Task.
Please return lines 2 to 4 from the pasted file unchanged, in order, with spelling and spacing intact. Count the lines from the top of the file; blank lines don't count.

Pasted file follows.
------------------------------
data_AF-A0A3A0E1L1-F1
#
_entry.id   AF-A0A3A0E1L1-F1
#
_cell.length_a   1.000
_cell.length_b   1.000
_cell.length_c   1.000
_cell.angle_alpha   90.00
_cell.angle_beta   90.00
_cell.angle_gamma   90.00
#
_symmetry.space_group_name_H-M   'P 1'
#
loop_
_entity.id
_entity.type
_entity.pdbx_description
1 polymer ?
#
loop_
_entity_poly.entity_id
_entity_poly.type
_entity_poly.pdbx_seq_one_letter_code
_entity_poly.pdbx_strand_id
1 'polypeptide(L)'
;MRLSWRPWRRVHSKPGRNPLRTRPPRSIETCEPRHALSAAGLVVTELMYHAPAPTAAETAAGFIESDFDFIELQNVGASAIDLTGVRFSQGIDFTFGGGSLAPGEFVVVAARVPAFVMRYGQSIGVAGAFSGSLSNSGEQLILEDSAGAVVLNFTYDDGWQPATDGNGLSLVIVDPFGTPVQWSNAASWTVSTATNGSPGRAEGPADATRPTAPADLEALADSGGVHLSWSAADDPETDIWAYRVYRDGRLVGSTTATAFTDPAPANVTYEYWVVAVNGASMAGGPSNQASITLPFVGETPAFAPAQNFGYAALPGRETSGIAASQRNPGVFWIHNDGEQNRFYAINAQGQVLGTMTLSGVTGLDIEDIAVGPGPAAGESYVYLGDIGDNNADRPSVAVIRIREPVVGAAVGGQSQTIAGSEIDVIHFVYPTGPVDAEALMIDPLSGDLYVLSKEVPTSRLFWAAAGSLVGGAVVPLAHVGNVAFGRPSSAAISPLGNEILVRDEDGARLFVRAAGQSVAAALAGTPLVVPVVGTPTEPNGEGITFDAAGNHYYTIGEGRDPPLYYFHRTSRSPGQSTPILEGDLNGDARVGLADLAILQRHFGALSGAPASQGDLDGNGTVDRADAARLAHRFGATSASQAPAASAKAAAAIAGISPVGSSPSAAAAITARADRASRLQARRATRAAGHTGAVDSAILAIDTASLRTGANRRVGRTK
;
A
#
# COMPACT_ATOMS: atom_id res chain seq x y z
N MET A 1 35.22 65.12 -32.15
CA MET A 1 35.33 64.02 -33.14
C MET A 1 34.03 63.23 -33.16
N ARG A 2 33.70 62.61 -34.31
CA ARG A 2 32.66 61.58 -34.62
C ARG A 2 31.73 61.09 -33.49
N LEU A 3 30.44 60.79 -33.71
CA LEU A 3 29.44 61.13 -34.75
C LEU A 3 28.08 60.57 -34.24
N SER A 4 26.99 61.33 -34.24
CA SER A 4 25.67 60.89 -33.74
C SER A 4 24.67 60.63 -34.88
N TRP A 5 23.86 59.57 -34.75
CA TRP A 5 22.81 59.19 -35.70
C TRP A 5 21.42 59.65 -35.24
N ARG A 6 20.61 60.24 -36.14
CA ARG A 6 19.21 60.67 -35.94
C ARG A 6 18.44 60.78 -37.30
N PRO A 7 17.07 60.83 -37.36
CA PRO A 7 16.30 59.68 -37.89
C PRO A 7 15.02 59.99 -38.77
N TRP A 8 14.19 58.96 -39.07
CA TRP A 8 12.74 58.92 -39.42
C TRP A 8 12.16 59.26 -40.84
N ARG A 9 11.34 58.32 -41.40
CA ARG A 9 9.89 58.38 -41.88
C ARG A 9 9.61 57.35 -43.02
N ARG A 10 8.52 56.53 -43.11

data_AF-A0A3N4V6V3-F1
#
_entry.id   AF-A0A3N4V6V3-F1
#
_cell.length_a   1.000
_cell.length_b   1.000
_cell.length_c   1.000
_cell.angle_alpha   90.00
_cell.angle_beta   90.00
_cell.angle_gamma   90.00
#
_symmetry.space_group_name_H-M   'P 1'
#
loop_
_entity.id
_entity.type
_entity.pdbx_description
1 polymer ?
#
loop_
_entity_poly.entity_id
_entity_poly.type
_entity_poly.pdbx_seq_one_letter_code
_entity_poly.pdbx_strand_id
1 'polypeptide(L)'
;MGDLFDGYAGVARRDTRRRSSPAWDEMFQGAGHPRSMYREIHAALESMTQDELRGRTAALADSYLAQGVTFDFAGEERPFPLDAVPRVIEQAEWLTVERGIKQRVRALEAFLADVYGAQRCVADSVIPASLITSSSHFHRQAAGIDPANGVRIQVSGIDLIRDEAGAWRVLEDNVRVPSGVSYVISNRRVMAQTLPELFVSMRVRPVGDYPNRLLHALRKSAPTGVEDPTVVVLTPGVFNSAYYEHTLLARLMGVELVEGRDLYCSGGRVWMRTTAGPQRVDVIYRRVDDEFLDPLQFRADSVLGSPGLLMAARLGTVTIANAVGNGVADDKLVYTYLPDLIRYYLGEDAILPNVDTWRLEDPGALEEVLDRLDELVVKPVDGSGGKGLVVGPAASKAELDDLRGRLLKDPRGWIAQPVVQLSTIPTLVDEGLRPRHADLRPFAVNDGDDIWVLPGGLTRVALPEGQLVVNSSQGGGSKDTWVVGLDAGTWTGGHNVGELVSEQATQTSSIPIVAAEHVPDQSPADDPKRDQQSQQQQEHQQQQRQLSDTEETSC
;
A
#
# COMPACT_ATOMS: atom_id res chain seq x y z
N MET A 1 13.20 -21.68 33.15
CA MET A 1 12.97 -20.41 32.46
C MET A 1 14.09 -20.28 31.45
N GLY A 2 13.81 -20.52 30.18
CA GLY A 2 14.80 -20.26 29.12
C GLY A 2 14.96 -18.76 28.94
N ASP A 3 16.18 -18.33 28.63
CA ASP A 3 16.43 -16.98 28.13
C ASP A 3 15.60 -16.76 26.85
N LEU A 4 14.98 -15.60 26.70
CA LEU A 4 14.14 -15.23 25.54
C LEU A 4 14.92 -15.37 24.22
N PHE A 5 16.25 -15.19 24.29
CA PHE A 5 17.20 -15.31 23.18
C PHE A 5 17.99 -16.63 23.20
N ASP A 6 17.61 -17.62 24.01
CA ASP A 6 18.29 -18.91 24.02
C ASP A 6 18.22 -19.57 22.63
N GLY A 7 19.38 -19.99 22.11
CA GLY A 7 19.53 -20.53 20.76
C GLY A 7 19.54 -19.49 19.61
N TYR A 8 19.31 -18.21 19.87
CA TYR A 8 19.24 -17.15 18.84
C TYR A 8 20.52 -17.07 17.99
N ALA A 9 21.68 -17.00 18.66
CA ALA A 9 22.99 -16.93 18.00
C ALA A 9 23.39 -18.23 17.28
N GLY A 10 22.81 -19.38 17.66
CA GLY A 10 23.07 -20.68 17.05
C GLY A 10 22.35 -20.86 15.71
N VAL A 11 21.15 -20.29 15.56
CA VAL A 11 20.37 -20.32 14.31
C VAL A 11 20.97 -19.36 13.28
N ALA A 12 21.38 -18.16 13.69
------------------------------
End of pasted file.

#
_entry.id   AF-A0A3A0E1L1-F1
#